f

For Fans Who Should Know Better

Mudville Crew            Contact Us

Mudville: June 18, 2024 12:45 am PDT

Babe’s Last Hurrah

BY KEVIN CZERWINSKI

It’s only fitting that the Atlanta Braves and the Pittsburgh Pirates squared off at PNC Park on May 25. That date marked the 89th anniversary of Babe Ruth’s last hurrah, the final gasp of a hero that carried baseball out of a gambling scandal 16 years earlier before captivating a nation in the early throes of The Great Depression.

Ruth was, at the time 40, well beyond his prime and far out of shape, even for him. But he but put on a show at Forbes Field, the former home of the Pirates, that afternoon in a way that only he could. The Babe, playing for the woeful Braves, smashed the final three home runs of his career and had four hits overall during Pittsburgh’s otherwise meaningless 11-7 victory.

His six RBIs were a reminder for the 10,000 or so people in attendance just how magical he truly was even if his glory days were well behind him. Ruth would hang on for another week before calling it a career, collecting one more RBI on May 29th in Philadelphia but it was what he did the previous Saturday in Pittsburgh that put yet another exclamation point on a legendary career full of exclamation points.

The Associated Press, which at the time was one of the most respected news services in the world, recounted Ruth’s exploits this way:

“Rising to the glorious heights of the day, The Sultan of Swat crashed out three home runs but they were not enough…. The stands rocked with cheers for the mighty Babe as he enjoyed a field day at the expense of pitchers Red Lucas and Guy Bush. Ruth left the game amid an ovation at the end of the Braves’ half of the seventh inning and after his third homerun – a prodigious clout that carried over the right field grandstand, bounded into the street and rolled into Schenley Park. Baseball men said it was the longest drive ever made at Forbes Field.”

It was a fitting end for Ruth, who never really got the kind of sendoff for which he was hoping in New York. He had been kicked to the curb by the Yankees, who unceremoniously released the legend on Feb. 26. Ruth’s production had declined over the previous two seasons as age and the abuse to which he subjected his body finally caught up with him.

Still, as a 39-year-old in 1934, Ruth managed to hit .288 with 22 homers and 84 RBI in 365 at-bats. It wasn’t a bad season, but the Yankees were in the midst of three consecutive second place finishes and Lou Gehrig had supplanted Ruth as the team’s best and most productive player.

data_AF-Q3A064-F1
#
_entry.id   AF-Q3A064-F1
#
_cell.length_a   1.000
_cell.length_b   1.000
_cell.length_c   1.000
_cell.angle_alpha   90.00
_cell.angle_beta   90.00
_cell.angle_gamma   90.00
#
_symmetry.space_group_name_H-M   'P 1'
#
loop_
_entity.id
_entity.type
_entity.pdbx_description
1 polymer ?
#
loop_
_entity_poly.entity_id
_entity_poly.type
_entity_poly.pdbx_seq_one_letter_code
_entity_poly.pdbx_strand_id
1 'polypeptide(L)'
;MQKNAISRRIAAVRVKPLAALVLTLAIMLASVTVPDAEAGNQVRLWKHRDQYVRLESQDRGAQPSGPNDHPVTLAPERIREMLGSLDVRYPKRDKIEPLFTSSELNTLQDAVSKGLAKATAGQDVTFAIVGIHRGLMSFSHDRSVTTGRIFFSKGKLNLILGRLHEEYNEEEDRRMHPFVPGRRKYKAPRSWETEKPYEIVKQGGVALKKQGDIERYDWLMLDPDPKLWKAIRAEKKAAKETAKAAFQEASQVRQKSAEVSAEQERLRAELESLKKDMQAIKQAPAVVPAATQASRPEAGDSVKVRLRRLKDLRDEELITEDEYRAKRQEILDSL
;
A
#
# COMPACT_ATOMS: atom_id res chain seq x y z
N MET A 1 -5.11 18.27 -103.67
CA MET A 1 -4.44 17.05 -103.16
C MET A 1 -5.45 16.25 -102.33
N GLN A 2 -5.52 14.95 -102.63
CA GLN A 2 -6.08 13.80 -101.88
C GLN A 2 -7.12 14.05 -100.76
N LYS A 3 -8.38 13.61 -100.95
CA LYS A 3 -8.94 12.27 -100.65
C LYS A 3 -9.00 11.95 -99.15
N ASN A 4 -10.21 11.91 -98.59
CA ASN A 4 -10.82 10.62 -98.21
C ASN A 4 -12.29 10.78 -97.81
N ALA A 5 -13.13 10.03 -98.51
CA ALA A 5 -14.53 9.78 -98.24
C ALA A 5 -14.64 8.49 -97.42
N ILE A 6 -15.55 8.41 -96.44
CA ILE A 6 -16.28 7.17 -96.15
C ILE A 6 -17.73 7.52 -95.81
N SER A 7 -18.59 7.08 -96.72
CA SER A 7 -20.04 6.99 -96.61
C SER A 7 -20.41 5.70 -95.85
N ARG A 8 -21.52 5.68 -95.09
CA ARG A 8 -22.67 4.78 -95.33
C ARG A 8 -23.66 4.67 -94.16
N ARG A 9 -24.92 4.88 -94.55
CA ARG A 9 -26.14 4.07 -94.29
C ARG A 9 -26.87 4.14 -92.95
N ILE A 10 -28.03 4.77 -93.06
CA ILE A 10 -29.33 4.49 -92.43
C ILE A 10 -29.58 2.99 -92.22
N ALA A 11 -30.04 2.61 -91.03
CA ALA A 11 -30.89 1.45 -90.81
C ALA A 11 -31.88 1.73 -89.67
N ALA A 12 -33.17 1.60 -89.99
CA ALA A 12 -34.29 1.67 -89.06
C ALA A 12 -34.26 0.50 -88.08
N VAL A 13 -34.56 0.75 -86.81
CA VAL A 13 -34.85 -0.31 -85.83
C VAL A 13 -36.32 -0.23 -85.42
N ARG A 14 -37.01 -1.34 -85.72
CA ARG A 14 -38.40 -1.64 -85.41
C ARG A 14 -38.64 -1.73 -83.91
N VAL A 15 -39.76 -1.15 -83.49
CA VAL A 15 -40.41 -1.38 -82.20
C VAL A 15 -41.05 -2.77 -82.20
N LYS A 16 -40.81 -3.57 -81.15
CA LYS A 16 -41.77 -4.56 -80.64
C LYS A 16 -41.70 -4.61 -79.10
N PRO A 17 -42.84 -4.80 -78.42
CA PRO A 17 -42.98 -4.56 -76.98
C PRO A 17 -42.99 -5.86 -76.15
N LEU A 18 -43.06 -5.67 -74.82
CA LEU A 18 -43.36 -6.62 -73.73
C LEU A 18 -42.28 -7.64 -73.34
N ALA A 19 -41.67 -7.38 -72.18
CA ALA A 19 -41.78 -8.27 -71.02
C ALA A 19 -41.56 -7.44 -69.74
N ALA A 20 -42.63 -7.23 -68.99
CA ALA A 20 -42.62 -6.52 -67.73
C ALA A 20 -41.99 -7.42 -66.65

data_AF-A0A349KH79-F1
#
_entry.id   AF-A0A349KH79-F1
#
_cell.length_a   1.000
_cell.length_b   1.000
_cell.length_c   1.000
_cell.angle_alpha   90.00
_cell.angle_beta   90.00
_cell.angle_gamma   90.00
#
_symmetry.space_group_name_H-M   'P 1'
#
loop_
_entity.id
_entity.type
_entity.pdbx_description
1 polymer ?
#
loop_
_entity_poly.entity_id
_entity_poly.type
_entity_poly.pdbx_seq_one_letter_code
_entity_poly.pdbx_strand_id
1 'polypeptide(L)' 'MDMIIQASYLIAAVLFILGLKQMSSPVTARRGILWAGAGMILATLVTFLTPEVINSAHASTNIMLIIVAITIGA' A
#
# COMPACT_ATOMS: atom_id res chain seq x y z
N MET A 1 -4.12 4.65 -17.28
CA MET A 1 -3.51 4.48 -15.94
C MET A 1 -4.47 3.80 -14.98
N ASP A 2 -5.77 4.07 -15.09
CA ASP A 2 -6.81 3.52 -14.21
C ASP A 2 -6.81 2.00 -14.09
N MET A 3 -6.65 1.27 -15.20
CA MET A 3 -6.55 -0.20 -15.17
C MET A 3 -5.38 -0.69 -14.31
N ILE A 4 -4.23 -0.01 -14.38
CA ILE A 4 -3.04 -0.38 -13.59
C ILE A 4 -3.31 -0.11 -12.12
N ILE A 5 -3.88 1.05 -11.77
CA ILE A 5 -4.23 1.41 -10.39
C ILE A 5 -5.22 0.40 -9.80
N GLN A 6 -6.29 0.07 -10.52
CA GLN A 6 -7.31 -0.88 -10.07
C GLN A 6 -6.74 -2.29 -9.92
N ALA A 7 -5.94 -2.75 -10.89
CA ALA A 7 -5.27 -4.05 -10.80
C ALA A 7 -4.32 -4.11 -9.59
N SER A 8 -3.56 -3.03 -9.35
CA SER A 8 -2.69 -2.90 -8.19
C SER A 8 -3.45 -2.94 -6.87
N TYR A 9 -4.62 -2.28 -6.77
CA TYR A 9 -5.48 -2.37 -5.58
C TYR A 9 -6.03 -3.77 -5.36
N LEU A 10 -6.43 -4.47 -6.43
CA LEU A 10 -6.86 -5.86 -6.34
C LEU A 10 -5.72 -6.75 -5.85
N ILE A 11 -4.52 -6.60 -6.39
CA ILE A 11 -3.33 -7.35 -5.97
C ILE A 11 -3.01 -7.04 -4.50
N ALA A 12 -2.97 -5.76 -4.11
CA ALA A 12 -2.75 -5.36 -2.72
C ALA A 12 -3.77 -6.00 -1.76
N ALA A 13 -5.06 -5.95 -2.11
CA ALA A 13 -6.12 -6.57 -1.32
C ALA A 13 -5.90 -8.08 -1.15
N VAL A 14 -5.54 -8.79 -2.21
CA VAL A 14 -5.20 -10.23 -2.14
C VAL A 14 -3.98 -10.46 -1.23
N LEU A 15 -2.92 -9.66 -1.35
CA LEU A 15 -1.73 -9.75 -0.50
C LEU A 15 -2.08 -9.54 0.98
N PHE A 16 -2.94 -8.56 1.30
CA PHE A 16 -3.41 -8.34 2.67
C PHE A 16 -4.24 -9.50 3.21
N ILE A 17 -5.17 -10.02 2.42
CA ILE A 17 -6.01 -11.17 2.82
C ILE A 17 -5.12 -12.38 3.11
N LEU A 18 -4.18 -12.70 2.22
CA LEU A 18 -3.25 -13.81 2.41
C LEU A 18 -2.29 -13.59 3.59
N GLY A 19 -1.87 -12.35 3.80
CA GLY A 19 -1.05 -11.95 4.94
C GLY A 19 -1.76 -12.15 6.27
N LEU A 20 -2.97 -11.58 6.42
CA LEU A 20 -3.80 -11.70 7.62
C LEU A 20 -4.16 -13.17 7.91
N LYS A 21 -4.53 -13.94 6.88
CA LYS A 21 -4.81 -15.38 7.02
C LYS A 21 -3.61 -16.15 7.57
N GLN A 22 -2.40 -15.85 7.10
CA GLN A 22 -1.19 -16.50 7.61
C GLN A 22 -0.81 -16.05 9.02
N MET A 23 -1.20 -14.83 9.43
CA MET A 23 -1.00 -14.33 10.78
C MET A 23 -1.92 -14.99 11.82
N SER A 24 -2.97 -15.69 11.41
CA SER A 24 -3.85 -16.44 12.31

Ruth had hopes of staying with the Yankees and someday managing them but Joe McCarthy was successful, popular and liked by ownership so his place in the dugout was secure. The Babe, in 21st-century terms, had become a distraction. That left Ruth little choice when he decided to “go home” to Boston and sign with the Braves.

Lou Gehrig shakes hands with former teammate George Herman (Babe) Ruth, ca 1935. (Photo by Waite Hoyt Collection/Cincinnati Museum Center/Getty Images)

Boston owner Judge Emil Fuchs sold Ruth a pretty hefty bill of goods when he signed Ruth the same day New York released him. He gave him the bogus titles of second vice president and assistant manager. There was even talk about him someday managing but it was all a ruse with the true intent to use Ruth as a box-office draw for the floundering franchise.

And, for a minute, it seemed like all parties would get what they wanted. Ruth hit an Opening-Day homer off New York’s Hall-of-Fame lefty Carl Hubbell who won 253 games over 16 seasons with the Giants. He hit safely in four of his first five games with a pair of homers and four RBIs as Boston got off to a 2-3 start.

The fun didn’t last, though. Ruth went hitless in his next 10 games and was in a 3-for-44 [.068] skid heading into the May 25 game at Pittsburgh. The slugger wanted out and was looking to retire but Fuchs convinced him to hang around for at least one more road trip so the fans in St. Louis, Chicago, Pittsburgh, Cincinnati and Philadelphia could pay their respects and honor him.